Dan Goldberg's 'A World in a City' Project Celebrates the Diversity of Chicago
There are 77 distinct neighborhoods in Chicago, filled with people from all over the world bringing unique cultures and traditions to the 228 square miles of city streets. For Dan Goldberg, the colors, textures, smells and flavors passed by on his daily commute are too special to ignore. On his way to his studio, he travels through Little Village, Pilsen and Chinatown, three very different regions of the city offering up their distinct characteristics. This daily ritual got him thinking about how living in Chicago is like having the entire world in a single city.
As a visual storyteller, the compelling narrative of each neighborhood was perfect inspiration, so using ingredients and props from each neighborhood, Dan conceived his project, “A World in a City”. Sharing a passion for food, adventure and community, Dan partnered with longtime collaborator and friend, prop stylist Andrea Kuhn to create a collection of images, each image as individual as the neighborhood it represents and together a beautiful homage to the diversity of Chicago.
What was the inspiration behind A World in a City?
On my commute into the city, I often stop at local grocery stores, bodegas and bakeries. They are packed with items you don’t find in your chain grocery stores. The character of these places and the people that own and frequent them is unique and I started thinking about how living in Chicago is like having the entire world in one city. The ethnic neighborhoods of Chicago are slowly and sadly disappearing so I wanted to celebrate them and tell a visual story about these individual communities through food. I immediately called friend and prop stylist Andrea Kuhn. We had spent 5 years working on a Cuban cookbook together so I knew she’d be the perfect partner. We had such a fun time brainstorming, sourcing components, eating and shooting these still lifes.
How did you decide which ingredients to use in each set?
It was honestly somewhat random, but we knew we wanted to find what is local and available in each neighorhood and also items that really represented the neighborhood. For example, we saw durian in Chinatown when we hadn’t seen that in any other neighborhood. If you’re familiar with durian you know that while it has a really fragrant and somewhat stinky smell, when prepared correctly it is delicious. It is a delicacy and so unique we knew we wanted to include it in the Chinatown image.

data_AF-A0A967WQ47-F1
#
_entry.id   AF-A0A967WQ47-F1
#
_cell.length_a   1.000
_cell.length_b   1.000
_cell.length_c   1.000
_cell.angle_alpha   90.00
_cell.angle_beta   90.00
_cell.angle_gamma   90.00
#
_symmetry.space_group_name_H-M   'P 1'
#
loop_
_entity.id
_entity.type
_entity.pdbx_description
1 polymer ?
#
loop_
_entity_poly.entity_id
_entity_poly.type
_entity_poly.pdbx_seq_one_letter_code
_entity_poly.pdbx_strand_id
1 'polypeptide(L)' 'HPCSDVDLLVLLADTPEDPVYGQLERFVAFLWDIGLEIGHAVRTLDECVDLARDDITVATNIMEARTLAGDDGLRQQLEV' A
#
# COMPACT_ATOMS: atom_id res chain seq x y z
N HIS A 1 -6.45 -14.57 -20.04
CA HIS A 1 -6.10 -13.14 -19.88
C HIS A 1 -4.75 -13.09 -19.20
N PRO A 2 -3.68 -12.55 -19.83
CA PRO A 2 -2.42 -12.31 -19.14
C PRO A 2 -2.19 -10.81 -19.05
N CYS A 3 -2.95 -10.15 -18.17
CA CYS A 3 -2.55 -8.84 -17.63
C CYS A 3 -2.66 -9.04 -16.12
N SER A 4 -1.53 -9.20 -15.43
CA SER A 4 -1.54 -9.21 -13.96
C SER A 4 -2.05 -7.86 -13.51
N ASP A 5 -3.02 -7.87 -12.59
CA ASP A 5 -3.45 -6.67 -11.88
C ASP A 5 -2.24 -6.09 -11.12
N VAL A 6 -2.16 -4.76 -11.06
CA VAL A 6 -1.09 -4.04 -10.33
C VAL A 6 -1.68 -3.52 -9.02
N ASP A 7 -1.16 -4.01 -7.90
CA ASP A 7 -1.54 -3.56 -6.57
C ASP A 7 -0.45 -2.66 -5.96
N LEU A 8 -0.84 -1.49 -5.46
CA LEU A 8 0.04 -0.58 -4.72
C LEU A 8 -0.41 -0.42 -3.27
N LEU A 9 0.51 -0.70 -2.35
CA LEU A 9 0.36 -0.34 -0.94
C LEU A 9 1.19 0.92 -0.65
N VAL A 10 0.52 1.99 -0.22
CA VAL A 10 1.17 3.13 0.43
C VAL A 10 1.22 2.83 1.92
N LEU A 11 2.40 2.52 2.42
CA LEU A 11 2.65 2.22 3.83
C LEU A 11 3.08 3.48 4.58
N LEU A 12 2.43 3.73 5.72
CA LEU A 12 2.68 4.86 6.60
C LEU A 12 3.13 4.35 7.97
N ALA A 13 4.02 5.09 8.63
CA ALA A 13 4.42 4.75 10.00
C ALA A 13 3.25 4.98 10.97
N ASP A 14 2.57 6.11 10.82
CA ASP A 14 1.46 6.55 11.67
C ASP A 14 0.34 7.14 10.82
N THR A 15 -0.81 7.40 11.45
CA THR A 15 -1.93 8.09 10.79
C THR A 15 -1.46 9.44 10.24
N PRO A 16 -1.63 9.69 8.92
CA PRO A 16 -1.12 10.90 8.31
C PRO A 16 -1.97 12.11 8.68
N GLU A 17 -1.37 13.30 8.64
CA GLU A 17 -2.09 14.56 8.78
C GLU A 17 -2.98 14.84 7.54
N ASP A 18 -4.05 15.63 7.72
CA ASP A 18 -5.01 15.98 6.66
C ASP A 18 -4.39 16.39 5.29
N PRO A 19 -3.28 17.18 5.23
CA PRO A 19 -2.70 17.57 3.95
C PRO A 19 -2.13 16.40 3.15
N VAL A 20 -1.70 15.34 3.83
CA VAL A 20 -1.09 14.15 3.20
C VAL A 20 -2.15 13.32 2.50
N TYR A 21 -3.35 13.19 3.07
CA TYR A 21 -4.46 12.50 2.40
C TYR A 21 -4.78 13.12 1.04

Each image has distinct colors associated, can you speak to that?
Some neighborhoods are extremely vibrant in color and other have foods that seem to lack color. Devon Ave is a great example of this. Devon Ave is on the north side of Chicago and is a multiethnic corridor that stretches 15 blocks. It is predominantly an Indian neighborhood but also is home to both Pakistani and Jewish communities. I love walking into a Jewish deli with rye bread, corned beef, bagels, cured meats and pickles. The color palette is very muted and reminiscent of a Russell Chatham painting. But then you will walk next door to Patel Brothers Indian Market and it’s exploding with color. The juxtaposition of the two are amazing and cannot be ignored so I wanted to make sure and represent that in my imagery.
Do you have a favorite image?
My favorite still life is Argyle street. I just love how raw it is. It’s no coincidence that it is one of my favorite neighborhoods in the city. It’s known for its Vietnamese, South East Asian and East Asian heritage and reminds me of traveling in Asia. The culture, food and people are very rich and I love how that image came out.
Where do you see this project going in the future?
There are 77 neighborhoods in Chicago. Will I create a photograph of each one? We’ll see, but I’d like to continue the project as long as time permits. We are working to create a fine art show in Chicago. I would love to see these in a gallery. I hosted a party at my studio back in August and showcased these and I am excited to see how they are received in the fine art world. In the meantime, you can purchase any of these prints on Giving Photography.